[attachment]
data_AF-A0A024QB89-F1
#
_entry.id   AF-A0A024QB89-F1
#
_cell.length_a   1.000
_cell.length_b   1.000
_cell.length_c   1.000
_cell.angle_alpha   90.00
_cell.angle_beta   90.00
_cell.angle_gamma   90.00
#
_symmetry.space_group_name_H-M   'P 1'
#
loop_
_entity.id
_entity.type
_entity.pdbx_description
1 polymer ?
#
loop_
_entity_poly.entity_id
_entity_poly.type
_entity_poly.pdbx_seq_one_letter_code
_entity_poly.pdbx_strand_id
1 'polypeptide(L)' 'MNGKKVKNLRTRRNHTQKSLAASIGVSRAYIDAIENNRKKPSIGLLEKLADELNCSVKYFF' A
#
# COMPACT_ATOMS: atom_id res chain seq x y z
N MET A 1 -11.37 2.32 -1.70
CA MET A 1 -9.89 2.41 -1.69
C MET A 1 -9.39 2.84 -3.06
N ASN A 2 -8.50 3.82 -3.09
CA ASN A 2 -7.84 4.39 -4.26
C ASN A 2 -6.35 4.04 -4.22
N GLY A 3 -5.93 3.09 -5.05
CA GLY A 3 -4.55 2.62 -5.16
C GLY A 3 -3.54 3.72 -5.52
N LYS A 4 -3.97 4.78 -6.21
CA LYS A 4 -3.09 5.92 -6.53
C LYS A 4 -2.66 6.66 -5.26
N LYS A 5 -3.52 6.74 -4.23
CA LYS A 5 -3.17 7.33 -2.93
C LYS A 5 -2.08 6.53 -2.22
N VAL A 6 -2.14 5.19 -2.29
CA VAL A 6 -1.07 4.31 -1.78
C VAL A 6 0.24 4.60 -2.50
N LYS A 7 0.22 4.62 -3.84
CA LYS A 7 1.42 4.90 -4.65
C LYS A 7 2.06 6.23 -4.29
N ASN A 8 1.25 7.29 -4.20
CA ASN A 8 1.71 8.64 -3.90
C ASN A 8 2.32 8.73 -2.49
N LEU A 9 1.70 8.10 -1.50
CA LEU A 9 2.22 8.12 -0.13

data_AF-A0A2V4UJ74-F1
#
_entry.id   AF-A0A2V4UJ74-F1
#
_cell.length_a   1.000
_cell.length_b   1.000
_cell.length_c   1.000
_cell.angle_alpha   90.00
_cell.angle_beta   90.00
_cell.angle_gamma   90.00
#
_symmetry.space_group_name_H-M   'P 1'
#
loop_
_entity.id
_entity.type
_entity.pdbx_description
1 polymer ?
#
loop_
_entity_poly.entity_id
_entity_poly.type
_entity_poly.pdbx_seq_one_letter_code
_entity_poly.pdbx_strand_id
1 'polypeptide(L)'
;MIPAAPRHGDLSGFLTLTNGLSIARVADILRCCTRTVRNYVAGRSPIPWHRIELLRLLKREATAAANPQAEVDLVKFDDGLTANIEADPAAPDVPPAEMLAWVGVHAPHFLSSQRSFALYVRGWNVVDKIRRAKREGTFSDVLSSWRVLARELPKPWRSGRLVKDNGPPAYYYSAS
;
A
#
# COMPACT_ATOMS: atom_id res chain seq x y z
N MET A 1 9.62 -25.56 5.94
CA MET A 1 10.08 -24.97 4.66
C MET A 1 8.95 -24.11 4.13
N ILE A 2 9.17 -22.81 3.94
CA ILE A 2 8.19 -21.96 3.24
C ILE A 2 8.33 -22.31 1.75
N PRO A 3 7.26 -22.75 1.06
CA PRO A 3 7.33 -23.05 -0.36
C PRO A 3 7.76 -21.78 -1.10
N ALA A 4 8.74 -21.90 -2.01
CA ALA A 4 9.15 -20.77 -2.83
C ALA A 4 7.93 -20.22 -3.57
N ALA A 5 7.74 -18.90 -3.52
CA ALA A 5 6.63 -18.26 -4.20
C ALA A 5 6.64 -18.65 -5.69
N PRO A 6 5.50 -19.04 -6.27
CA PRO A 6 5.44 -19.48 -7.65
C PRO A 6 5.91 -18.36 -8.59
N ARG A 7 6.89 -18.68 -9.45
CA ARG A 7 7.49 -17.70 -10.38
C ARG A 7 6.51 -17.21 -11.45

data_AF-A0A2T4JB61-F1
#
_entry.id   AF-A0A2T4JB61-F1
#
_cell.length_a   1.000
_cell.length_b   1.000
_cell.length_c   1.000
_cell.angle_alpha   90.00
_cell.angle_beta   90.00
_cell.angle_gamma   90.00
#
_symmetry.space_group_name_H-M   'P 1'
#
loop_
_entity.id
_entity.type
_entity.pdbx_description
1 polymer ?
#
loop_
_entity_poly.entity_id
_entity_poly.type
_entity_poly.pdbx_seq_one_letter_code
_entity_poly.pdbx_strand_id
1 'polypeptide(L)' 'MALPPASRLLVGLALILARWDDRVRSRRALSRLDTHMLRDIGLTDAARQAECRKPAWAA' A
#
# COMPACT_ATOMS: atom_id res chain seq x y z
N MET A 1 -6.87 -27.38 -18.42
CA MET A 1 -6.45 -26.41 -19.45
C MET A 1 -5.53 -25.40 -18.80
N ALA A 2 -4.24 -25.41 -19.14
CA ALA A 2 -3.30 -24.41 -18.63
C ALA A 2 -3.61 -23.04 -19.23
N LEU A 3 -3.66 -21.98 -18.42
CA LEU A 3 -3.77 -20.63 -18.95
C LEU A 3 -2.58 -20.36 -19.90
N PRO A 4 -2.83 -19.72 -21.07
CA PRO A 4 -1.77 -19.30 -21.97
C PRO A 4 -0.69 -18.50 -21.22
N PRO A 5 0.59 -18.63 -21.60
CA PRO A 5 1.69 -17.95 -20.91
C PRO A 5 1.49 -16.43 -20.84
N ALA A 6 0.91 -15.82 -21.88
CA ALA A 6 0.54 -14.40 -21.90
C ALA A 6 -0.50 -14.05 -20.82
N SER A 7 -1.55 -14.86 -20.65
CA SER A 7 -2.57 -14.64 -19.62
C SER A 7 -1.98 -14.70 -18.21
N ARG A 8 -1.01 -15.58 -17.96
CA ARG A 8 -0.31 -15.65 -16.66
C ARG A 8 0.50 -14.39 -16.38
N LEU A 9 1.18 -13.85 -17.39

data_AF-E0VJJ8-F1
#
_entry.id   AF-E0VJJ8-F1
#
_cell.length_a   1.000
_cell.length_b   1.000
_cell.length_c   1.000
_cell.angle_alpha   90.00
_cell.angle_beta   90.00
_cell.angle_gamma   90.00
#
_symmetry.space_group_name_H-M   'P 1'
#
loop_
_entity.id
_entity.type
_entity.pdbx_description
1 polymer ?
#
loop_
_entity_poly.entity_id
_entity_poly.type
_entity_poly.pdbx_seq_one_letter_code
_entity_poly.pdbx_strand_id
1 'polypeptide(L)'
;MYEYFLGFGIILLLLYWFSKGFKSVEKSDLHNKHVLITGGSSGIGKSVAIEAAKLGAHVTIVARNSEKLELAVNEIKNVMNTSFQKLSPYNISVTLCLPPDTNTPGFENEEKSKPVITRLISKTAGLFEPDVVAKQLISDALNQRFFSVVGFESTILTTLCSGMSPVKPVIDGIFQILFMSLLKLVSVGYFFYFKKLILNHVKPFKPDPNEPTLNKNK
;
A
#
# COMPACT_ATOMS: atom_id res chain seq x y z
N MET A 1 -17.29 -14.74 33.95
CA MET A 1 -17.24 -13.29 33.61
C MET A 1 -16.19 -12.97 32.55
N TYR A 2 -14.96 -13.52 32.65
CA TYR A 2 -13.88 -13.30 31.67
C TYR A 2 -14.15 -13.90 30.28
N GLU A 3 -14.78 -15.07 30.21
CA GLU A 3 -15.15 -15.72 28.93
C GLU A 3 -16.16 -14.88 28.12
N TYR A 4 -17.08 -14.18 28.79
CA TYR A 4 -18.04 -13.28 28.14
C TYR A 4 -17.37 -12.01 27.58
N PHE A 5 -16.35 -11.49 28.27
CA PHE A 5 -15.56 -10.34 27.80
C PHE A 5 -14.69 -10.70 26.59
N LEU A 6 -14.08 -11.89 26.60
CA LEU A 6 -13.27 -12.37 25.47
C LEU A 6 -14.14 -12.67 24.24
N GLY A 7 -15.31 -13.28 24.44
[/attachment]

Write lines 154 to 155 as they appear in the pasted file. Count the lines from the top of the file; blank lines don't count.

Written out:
CA ARG A 8 -0.31 -15.65 -16.66
C ARG A 8 0.50 -14.39 -16.38